There is a scene in the 2006 film Marie Antoinette where the young Austrian princess leaves her home territory to enter France. The year is 1770. Before entering her new kingdom, and meeting her bridegroom who will be king, she has to leave behind all her clothes and personal possessions, even her Austrian pet dog. A French lady in waiting tells her she can have as many French dogs as she likes. But nothing Austrian is allowed in France, at least for the bride of the Dauphin who must become completely French.

Similarly, when we as Christians enter the kingdom of heaven as the bride of Christ, we have to leave everything of this world behind us, to receive new things fit for the kingdom of God. This is not so much literally about clothes, although it might include them, as about spiritual encumbrances. We can send treasure on in advance (Matthew 6:20), but we cannot take it with us.

The problem with this rather simplistic picture is that, despite what Harold Camping and other advocates of the Rapture might think, Christians do not move in one simple step, or flight, from this world into a kingdom of God in the sky. Instead, when we become followers of Jesus we start to live in two kingdoms at the same time, the old worldly kingdom over which Satan still claims to be the the prince (John 16:11), and the new kingdom of God which has been breaking into this world ever since the resurrection of Jesus.

So we have time to put aside the worldly things gradually and pick up the things of heaven. There will be no embarrassing intermediate step of nakedness. This is what is traditionally known as “sanctification”, the process by which a Christian gradually lives a more and more holy life. While we can aim to complete this process in this life, unlike John Wesley I don’t believe we will become perfectly sanctified this side of the grave, that is if we reach it before the return of Jesus.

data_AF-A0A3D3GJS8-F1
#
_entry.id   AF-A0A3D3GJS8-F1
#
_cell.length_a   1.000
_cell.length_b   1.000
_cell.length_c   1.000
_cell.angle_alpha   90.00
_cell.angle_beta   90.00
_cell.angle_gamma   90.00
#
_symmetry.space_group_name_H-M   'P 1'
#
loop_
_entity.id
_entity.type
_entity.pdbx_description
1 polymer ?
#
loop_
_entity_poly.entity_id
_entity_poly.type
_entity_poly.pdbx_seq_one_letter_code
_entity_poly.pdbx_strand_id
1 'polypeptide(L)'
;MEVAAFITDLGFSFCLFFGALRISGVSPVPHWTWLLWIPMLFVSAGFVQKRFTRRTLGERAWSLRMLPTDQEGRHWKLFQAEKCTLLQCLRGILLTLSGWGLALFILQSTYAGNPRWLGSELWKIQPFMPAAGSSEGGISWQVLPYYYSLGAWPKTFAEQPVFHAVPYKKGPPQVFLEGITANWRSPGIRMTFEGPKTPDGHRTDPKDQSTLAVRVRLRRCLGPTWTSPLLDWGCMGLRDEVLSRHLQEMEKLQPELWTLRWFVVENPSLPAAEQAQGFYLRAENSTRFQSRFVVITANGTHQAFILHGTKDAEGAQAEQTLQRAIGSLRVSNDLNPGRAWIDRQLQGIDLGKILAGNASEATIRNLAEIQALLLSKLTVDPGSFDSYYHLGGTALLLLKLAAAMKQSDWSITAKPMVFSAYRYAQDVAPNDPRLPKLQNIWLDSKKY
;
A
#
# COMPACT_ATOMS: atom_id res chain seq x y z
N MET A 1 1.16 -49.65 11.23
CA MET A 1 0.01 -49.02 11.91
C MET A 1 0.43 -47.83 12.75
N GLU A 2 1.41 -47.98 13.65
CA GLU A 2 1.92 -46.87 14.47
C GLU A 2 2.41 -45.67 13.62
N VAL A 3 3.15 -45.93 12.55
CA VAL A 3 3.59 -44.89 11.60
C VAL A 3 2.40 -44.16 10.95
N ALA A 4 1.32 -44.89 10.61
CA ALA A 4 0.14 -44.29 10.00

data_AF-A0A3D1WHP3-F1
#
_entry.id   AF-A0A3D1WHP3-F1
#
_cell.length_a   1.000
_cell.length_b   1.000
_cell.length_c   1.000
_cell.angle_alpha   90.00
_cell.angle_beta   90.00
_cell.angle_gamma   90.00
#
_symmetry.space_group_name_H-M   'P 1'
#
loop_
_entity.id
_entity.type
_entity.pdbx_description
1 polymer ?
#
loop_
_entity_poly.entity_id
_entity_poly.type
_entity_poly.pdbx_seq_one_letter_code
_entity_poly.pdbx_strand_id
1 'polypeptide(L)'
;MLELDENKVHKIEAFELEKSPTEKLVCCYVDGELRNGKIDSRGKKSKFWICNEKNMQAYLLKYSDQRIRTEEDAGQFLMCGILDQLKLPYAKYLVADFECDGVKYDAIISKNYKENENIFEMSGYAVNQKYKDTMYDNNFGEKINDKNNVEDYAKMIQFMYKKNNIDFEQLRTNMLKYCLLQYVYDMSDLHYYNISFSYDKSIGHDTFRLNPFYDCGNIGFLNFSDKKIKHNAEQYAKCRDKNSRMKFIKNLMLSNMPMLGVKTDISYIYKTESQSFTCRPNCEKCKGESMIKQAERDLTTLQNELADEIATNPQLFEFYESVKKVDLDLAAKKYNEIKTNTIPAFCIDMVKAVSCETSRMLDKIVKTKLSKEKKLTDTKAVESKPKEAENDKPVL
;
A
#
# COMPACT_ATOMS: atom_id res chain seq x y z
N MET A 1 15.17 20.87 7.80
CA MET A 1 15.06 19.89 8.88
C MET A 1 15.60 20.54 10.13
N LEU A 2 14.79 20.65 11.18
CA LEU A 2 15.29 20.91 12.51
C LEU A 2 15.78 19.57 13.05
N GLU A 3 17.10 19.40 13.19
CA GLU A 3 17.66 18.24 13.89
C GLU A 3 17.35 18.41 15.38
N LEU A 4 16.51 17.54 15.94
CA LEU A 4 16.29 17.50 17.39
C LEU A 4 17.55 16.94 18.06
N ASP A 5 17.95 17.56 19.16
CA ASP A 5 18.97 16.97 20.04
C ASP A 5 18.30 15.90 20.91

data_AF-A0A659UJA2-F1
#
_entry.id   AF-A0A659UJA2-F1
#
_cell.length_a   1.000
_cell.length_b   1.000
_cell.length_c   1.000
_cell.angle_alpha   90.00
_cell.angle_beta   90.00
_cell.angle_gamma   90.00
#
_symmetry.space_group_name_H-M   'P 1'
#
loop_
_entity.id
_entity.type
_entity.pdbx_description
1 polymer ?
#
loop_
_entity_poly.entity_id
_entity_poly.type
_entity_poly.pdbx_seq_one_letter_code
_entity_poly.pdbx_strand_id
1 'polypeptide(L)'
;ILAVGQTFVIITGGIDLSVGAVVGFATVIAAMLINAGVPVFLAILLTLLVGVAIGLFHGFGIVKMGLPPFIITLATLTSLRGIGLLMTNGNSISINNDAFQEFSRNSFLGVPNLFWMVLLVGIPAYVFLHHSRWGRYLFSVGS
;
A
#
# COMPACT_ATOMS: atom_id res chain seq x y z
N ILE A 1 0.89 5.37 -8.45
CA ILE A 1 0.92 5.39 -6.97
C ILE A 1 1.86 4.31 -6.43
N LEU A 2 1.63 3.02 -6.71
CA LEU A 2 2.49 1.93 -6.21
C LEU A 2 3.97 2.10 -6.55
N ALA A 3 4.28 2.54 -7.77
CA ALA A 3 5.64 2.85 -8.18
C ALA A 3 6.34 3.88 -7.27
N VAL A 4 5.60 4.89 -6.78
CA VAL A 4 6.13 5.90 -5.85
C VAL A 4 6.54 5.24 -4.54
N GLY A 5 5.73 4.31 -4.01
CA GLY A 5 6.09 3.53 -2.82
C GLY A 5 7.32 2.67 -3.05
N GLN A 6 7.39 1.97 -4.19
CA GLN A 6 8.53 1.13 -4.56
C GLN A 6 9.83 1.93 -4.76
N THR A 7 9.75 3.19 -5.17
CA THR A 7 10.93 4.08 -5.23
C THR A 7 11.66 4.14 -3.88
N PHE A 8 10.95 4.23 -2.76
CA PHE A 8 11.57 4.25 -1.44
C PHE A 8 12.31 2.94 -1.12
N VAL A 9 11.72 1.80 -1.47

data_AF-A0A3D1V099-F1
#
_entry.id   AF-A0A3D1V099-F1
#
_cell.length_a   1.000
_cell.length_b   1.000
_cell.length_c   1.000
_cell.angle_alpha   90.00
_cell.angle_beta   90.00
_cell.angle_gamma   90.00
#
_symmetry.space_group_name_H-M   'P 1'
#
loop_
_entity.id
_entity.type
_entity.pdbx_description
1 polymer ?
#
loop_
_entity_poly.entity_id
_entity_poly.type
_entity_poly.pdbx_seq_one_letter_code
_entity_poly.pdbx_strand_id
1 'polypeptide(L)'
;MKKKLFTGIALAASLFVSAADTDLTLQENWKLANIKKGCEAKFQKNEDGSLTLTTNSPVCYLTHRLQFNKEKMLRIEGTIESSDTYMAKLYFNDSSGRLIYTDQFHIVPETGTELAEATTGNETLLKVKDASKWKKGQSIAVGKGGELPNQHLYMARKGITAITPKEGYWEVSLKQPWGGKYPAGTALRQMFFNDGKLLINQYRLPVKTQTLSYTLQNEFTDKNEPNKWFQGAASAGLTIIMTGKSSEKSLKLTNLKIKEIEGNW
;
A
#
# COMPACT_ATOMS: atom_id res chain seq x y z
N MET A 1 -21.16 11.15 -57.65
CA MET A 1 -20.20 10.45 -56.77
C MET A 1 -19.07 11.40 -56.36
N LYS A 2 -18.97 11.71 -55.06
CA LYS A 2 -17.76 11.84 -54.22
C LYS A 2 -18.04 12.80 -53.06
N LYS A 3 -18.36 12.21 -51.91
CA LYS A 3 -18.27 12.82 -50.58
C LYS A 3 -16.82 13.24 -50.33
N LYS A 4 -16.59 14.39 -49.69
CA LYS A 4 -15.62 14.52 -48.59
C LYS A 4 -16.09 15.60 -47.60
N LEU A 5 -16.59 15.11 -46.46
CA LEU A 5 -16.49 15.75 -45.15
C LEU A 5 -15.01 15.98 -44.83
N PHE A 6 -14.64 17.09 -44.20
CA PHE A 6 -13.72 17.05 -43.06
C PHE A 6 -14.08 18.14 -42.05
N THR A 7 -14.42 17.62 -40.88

It is only when Jesus does return that we will become perfectly holy. We will then have to put aside every last remnant of our old life. The old kingdom of the world will be destroyed and only the kingdom of God will remain. And we will be clothed again in our holy heavenly garments, our white wedding dress, as the bride of the Lamb.

Review: What's with Paul and Women?

Jon Zens kindly sent me for review a copy of his book What’s With Paul & Women? Unlocking the Cultural Background to 1 Tim 2 (Ekklesia Press, 2010).

Zens starts his book with a quotation dated 1709 from a vicar of Dedham in Essex, UK, teaching (in fact quoting KJV) that women should learn in silence. So it is fitting that I write from Essex to examine Zens’ argument against that position as traditionally understood.

The book is a brief one – barely 60 pages of large print in its eleven chapters, and another 40 or so (of pages without numbers!) in three appendices (which I have not yet read). It is largely concerned with just two verses in the Bible, 1 Timothy 2:11-12.

In chapter 1 Zens shows how the New Testament as a whole views women. He notes how Jesus went completely against his culture by allowing women to travel with him, and put no restrictions on what they could do. He describes how women like Phoebe, Priscilla and Junia were church leaders. He makes a good point that “Jezebel” in Revelation 2:20 is not condemned for being a women teacher, but for being a false teacher. Thus, Zens writes,

The general flow of the New Testament reveals no need for females to walk on eggshells because of any alleged “restrictions” put upon them by the Lord. (p.32)

In the very brief chapter 2 Zens explains the purpose of the letter:

1 Timothy is not a universal church manual for a pastor. It is a mandate for an apostolic assistant to deal with serious issues involving false teaching in Ephesus. (p.34)

In chapter 3 Zens discusses the background to his passage in 1 Timothy 2. He notes how the same Greek word hesuchia is used in verse 2 as well as in verses 11 and 12 and so cannot mean “silence”. (Actually in verse 2 the Greek word is the adjective hesuchios, but the underlying meaning is surely the same.) Thus Zens sees the thrust of the chapter as teaching to avoid the kind of disorder that was common in Ephesus.